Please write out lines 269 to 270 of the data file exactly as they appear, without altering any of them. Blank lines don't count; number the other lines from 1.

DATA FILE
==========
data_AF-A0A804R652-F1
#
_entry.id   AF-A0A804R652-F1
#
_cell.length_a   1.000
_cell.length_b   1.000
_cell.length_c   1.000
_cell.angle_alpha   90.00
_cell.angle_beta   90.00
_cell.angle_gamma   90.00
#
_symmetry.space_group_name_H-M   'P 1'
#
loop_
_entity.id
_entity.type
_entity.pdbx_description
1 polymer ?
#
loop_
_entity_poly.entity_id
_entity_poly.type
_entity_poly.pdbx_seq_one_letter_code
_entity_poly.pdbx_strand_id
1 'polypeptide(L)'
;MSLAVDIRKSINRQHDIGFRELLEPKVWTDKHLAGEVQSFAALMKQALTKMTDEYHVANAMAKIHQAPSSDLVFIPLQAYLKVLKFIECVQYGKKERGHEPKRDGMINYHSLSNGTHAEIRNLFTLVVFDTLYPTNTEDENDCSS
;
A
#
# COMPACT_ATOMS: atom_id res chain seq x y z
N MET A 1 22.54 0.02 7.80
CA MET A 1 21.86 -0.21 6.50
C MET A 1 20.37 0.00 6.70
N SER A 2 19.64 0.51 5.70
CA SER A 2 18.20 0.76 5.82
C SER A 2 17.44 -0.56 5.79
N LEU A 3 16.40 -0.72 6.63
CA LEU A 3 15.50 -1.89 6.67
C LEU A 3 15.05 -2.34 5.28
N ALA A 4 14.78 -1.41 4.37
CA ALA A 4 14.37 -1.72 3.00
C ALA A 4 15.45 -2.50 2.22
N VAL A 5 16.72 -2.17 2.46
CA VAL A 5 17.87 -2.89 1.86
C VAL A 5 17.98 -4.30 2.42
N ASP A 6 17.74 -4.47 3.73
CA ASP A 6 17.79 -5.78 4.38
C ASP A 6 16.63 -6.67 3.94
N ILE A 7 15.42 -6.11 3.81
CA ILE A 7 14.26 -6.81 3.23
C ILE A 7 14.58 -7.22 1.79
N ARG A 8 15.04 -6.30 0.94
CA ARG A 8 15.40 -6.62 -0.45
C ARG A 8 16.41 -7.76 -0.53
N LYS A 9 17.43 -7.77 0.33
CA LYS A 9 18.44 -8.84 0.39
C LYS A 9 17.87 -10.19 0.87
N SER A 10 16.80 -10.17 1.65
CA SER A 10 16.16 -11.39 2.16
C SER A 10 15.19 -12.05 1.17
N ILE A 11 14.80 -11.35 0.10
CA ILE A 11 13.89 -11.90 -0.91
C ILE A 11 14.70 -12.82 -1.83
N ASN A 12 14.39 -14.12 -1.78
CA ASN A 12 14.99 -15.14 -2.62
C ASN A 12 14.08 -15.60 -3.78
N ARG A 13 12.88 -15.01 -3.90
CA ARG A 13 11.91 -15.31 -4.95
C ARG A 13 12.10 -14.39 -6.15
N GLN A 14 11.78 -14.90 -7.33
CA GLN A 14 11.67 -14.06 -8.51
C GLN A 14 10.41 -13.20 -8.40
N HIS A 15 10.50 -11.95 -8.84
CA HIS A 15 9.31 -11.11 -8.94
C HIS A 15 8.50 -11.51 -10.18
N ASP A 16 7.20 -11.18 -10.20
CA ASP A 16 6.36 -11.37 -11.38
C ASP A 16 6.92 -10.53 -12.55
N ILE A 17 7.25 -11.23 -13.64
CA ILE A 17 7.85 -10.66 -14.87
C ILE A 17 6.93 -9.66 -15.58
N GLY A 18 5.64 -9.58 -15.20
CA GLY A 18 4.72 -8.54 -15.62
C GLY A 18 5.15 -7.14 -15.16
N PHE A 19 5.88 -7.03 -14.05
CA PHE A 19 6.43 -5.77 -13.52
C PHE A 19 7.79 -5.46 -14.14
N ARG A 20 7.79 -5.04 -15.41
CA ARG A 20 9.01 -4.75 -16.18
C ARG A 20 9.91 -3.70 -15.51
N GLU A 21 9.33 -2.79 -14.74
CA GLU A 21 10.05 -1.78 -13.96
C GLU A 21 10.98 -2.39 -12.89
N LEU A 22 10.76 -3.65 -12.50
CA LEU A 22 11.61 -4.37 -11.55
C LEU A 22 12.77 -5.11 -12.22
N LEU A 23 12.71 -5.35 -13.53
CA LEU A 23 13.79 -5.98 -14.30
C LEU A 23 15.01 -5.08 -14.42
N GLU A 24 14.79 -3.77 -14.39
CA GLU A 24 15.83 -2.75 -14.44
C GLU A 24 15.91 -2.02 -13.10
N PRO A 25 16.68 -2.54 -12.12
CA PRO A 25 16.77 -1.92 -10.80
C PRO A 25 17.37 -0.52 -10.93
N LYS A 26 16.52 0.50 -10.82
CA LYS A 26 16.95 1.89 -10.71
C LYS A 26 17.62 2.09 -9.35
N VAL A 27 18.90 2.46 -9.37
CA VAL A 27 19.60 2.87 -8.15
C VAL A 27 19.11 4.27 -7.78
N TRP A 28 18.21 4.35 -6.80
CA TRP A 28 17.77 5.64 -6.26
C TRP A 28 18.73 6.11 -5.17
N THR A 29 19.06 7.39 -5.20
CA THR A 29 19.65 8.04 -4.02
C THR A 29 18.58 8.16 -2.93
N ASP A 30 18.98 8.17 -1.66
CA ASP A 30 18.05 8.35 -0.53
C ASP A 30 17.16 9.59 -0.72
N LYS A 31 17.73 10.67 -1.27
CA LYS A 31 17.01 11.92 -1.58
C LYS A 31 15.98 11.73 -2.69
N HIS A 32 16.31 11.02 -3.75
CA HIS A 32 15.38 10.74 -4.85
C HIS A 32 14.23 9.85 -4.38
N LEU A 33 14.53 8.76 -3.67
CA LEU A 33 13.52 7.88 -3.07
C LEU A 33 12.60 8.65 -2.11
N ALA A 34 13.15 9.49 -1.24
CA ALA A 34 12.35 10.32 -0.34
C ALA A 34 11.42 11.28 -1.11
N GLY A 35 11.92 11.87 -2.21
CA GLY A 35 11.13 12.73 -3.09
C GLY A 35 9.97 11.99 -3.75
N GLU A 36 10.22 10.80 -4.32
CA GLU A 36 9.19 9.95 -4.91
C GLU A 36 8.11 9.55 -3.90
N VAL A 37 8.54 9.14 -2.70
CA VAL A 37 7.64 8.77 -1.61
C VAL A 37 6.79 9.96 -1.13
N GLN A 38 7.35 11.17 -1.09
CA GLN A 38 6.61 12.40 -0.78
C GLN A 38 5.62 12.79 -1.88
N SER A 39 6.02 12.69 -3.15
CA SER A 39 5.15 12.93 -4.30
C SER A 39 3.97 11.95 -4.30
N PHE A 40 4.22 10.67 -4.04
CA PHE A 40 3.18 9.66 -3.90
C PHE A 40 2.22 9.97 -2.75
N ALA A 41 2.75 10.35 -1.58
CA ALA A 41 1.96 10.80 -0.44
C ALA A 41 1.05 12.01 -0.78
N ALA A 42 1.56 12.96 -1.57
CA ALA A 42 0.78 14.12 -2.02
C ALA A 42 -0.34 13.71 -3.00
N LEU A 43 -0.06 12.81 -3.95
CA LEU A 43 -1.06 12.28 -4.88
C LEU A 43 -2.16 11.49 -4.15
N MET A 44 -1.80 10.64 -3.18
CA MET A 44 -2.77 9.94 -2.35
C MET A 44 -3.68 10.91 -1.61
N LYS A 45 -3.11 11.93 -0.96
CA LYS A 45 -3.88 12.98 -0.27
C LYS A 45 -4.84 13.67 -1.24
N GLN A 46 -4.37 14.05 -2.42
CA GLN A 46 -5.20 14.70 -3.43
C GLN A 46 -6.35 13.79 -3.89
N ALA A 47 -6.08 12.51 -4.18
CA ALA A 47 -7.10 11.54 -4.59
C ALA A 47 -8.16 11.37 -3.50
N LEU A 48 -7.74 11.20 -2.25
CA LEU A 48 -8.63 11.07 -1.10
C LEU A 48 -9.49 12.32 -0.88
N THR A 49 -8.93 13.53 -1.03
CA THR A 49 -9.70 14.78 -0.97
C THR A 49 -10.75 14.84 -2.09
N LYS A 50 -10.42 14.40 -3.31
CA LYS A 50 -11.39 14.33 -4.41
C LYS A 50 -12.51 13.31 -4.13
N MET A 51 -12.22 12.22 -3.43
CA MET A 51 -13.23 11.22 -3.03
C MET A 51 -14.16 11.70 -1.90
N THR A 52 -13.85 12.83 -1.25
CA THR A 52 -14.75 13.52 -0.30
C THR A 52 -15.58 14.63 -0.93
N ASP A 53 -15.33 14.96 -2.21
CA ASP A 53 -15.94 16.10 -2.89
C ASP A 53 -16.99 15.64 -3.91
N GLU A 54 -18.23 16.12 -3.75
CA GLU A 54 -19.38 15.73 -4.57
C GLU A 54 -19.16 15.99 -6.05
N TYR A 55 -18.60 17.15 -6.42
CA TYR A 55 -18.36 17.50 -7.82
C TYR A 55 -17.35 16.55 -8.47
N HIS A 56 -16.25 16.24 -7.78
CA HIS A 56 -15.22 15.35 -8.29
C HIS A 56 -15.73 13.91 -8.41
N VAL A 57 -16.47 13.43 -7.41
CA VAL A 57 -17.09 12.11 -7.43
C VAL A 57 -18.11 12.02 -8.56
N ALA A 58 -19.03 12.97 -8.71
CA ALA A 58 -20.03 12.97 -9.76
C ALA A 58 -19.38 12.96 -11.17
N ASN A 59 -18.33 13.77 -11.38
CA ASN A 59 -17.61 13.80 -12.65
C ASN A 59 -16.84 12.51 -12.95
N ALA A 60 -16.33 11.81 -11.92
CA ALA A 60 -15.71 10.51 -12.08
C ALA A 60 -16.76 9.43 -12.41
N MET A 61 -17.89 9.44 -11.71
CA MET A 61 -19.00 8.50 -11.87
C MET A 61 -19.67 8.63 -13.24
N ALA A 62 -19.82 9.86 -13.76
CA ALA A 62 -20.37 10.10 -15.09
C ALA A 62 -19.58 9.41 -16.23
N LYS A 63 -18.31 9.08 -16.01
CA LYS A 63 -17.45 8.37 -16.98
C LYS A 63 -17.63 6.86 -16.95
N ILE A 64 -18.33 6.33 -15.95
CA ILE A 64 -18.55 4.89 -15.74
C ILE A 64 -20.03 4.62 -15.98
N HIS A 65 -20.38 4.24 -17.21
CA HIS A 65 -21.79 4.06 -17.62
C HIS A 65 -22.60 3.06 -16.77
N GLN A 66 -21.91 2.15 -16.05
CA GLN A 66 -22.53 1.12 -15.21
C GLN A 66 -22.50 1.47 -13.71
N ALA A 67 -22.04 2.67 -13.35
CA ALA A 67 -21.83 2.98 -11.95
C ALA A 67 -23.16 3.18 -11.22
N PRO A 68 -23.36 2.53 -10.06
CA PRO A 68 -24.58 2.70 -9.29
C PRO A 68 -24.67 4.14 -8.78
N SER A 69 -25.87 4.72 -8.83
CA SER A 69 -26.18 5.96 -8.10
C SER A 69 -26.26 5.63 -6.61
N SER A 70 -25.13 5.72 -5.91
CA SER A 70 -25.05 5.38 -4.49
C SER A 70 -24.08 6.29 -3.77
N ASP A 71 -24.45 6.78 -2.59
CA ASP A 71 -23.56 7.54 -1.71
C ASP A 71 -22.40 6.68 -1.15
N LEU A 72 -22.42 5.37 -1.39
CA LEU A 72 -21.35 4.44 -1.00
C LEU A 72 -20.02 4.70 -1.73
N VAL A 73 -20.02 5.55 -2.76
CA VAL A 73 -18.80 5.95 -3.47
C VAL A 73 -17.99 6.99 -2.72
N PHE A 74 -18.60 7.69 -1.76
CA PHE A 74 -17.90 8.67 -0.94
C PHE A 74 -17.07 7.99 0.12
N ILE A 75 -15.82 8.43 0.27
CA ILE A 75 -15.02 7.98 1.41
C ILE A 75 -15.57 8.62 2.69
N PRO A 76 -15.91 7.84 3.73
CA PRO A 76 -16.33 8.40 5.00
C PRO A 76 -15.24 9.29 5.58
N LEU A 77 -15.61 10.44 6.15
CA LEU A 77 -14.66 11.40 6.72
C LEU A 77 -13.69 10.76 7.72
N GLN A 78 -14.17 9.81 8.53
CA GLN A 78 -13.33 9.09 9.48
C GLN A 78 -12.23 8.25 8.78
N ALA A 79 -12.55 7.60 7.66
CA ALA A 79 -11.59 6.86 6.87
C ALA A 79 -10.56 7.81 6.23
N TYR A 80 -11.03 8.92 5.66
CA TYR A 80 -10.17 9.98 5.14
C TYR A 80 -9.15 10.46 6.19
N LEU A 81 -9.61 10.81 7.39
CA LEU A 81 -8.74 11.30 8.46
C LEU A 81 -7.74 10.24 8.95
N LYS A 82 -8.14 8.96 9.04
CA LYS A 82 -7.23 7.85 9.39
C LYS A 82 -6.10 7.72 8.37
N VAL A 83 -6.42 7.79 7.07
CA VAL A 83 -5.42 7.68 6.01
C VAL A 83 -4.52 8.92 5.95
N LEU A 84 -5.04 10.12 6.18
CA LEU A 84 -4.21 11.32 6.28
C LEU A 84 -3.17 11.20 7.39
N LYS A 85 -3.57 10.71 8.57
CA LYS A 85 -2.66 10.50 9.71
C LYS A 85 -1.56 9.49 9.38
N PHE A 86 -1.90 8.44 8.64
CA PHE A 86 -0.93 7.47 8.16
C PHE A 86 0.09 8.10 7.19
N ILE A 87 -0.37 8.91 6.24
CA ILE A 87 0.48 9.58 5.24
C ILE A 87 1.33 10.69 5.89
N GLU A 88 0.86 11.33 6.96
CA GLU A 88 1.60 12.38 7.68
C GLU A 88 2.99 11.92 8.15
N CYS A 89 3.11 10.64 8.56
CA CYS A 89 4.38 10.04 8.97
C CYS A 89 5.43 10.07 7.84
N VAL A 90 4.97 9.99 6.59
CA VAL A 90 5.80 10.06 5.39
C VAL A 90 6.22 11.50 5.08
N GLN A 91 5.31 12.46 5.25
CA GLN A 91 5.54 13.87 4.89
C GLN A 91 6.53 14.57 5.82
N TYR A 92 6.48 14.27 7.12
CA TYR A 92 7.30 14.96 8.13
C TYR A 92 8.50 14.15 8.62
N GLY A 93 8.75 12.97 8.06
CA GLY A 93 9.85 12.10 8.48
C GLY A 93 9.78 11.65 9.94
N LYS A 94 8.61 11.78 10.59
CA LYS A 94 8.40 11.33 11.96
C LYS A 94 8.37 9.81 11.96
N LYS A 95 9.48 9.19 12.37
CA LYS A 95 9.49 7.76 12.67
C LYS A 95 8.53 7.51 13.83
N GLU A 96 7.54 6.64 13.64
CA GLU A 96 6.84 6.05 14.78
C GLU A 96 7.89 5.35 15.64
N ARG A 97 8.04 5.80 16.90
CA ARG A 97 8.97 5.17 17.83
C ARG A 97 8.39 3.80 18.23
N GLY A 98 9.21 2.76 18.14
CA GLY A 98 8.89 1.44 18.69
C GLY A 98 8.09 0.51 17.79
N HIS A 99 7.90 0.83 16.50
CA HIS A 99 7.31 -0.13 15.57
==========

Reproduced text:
CA TYR A 80 -10.17 9.98 5.14
C TYR A 80 -9.15 10.46 6.19